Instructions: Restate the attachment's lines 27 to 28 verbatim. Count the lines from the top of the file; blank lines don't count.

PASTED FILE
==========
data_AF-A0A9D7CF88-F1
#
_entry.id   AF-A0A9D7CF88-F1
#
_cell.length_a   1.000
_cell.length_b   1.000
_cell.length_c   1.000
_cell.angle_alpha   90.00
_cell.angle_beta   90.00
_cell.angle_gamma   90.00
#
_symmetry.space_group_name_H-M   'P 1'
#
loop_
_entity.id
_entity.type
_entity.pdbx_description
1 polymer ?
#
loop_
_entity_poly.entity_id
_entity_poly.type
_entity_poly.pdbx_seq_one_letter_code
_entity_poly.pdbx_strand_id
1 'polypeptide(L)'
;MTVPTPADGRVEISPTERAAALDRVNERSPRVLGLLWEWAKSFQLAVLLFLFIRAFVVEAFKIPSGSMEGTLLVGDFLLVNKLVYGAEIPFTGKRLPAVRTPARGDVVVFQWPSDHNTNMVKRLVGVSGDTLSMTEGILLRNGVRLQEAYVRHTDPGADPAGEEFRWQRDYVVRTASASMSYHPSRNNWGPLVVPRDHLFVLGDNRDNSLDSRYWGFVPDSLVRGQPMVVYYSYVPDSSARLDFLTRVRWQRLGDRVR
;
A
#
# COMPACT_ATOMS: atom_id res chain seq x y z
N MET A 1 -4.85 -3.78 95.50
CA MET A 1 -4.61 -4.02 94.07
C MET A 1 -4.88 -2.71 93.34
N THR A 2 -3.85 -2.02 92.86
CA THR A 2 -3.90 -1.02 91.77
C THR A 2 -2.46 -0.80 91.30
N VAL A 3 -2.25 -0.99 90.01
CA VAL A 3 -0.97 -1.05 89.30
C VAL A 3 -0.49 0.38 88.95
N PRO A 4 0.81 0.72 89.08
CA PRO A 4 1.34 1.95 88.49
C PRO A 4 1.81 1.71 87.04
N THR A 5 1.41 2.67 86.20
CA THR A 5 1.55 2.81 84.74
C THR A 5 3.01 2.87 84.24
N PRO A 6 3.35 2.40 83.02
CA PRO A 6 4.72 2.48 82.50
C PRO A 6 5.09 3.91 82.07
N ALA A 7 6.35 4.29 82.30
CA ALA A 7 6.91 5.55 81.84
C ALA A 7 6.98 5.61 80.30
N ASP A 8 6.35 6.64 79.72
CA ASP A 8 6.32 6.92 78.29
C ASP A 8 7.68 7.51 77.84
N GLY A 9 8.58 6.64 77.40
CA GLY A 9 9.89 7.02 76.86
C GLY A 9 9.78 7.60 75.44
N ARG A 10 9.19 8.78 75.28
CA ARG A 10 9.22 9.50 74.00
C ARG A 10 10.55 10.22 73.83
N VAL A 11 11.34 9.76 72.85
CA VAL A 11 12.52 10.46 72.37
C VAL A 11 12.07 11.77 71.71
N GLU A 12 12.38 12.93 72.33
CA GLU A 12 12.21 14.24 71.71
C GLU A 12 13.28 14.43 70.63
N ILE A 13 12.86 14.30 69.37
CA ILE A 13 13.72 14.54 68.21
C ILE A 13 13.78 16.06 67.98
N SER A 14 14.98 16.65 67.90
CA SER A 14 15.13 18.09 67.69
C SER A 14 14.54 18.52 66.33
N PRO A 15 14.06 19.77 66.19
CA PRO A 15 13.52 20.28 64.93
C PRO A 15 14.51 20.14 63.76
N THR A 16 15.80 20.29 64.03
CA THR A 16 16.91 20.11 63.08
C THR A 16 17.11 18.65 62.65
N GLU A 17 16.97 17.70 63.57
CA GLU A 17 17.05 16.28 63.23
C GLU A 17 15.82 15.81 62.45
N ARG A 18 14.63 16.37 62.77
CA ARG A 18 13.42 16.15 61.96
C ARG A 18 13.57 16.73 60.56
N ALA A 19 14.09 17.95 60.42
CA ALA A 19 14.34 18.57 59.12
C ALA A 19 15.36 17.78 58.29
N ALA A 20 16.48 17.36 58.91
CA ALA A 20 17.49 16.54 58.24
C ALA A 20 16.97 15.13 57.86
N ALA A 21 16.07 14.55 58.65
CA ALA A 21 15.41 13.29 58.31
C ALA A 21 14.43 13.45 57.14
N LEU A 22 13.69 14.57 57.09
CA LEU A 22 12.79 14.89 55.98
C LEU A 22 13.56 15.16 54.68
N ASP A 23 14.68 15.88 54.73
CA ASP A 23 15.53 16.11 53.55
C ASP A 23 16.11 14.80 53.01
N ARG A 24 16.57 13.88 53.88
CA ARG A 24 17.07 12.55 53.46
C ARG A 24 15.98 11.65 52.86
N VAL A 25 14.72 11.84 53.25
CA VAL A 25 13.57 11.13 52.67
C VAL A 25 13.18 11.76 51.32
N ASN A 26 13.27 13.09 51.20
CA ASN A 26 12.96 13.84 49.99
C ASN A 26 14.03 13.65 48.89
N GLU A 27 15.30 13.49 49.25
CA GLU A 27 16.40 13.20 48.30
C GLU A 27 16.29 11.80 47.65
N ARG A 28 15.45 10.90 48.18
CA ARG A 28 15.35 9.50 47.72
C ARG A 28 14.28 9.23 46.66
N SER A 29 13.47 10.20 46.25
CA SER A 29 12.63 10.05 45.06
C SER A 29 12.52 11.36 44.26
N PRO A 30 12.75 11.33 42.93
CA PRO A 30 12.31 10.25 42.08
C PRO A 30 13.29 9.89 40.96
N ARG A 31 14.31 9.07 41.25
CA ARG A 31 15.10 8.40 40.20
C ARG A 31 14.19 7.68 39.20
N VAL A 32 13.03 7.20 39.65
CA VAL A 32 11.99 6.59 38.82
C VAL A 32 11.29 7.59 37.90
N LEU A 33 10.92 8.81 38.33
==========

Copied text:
;
A